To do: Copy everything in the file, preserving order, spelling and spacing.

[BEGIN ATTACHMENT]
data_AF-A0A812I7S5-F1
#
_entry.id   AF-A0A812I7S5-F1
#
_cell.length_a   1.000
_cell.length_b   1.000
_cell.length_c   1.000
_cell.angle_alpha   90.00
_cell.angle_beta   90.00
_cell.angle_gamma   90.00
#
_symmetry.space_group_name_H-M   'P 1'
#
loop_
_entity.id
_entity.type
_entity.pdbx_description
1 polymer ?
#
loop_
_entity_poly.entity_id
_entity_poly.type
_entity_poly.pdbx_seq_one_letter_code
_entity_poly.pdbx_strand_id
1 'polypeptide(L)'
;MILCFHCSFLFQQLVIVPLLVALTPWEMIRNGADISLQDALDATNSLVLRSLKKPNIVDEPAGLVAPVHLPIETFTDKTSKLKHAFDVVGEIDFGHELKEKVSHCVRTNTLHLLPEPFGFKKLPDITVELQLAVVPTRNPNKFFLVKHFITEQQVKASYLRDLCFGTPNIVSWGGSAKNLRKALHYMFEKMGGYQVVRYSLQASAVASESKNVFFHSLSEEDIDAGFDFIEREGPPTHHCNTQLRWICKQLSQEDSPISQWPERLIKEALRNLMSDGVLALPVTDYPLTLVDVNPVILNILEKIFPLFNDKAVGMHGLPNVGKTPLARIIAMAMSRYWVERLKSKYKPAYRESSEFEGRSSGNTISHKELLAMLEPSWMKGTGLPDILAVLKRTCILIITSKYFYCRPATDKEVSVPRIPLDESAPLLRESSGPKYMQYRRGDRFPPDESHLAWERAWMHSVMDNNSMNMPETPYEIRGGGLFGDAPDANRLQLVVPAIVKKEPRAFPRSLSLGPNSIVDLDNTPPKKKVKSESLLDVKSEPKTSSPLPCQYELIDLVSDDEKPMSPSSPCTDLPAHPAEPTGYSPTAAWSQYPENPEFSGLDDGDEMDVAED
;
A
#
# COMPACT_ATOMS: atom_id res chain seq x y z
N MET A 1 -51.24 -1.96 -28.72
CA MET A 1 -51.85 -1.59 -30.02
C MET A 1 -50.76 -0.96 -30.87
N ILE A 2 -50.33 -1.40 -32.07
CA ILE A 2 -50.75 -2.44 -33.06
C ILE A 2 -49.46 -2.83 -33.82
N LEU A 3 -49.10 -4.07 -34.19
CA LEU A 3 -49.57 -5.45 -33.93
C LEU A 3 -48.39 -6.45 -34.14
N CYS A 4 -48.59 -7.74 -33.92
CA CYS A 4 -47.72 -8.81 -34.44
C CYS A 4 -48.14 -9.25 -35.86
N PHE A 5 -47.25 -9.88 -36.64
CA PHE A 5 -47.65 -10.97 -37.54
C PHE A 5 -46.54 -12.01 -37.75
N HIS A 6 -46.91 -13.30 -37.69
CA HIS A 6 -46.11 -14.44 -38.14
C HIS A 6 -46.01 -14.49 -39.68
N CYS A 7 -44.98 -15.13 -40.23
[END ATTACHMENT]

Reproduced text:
data_AF-A0A812I7S5-F1
#
_entry.id   AF-A0A812I7S5-F1
#
_cell.length_a   1.000
_cell.length_b   1.000
_cell.length_c   1.000
_cell.angle_alpha   90.00
_cell.angle_beta   90.00
_cell.angle_gamma   90.00
#
_symmetry.space_group_name_H-M   'P 1'
#
loop_
_entity.id
_entity.type
_entity.pdbx_description
1 polymer ?
#
loop_
_entity_poly.entity_id
_entity_poly.type
_entity_poly.pdbx_seq_one_letter_code
_entity_poly.pdbx_strand_id
1 'polypeptide(L)'
;MILCFHCSFLFQQLVIVPLLVALTPWEMIRNGADISLQDALDATNSLVLRSLKKPNIVDEPAGLVAPVHLPIETFTDKTSKLKHAFDVVGEIDFGHELKEKVSHCVRTNTLHLLPEPFGFKKLPDITVELQLAVVPTRNPNKFFLVKHFITEQQVKASYLRDLCFGTPNIVSWGGSAKNLRKALHYMFEKMGGYQVVRYSLQASAVASESKNVFFHSLSEEDIDAGFDFIEREGPPTHHCNTQLRWICKQLSQEDSPISQWPERLIKEALRNLMSDGVLALPVTDYPLTLVDVNPVILNILEKIFPLFNDKAVGMHGLPNVGKTPLARIIAMAMSRYWVERLKSKYKPAYRESSEFEGRSSGNTISHKELLAMLEPSWMKGTGLPDILAVLKRTCILIITSKYFYCRPATDKEVSVPRIPLDESAPLLRESSGPKYMQYRRGDRFPPDESHLAWERAWMHSVMDNNSMNMPETPYEIRGGGLFGDAPDANRLQLVVPAIVKKEPRAFPRSLSLGPNSIVDLDNTPPKKKVKSESLLDVKSEPKTSSPLPCQYELIDLVSDDEKPMSPSSPCTDLPAHPAEPTGYSPTAAWSQYPENPEFSGLDDGDEMDVAED
;
A
#
# COMPACT_ATOMS: atom_id res chain seq x y z
N MET A 1 -51.24 -1.96 -28.72
CA MET A 1 -51.85 -1.59 -30.02
C MET A 1 -50.76 -0.96 -30.87
N ILE A 2 -50.33 -1.40 -32.07
CA ILE A 2 -50.75 -2.44 -33.06
C ILE A 2 -49.46 -2.83 -33.82
N LEU A 3 -49.10 -4.07 -34.19
CA LEU A 3 -49.57 -5.45 -33.93
C LEU A 3 -48.39 -6.45 -34.14
N CYS A 4 -48.59 -7.74 -33.92
CA CYS A 4 -47.72 -8.81 -34.44
C CYS A 4 -48.14 -9.25 -35.86
N PHE A 5 -47.25 -9.88 -36.64
CA PHE A 5 -47.65 -10.97 -37.54
C PHE A 5 -46.54 -12.01 -37.75
N HIS A 6 -46.91 -13.30 -37.69
CA HIS A 6 -46.11 -14.44 -38.14
C HIS A 6 -46.01 -14.49 -39.68
N CYS A 7 -44.98 -15.13 -40.23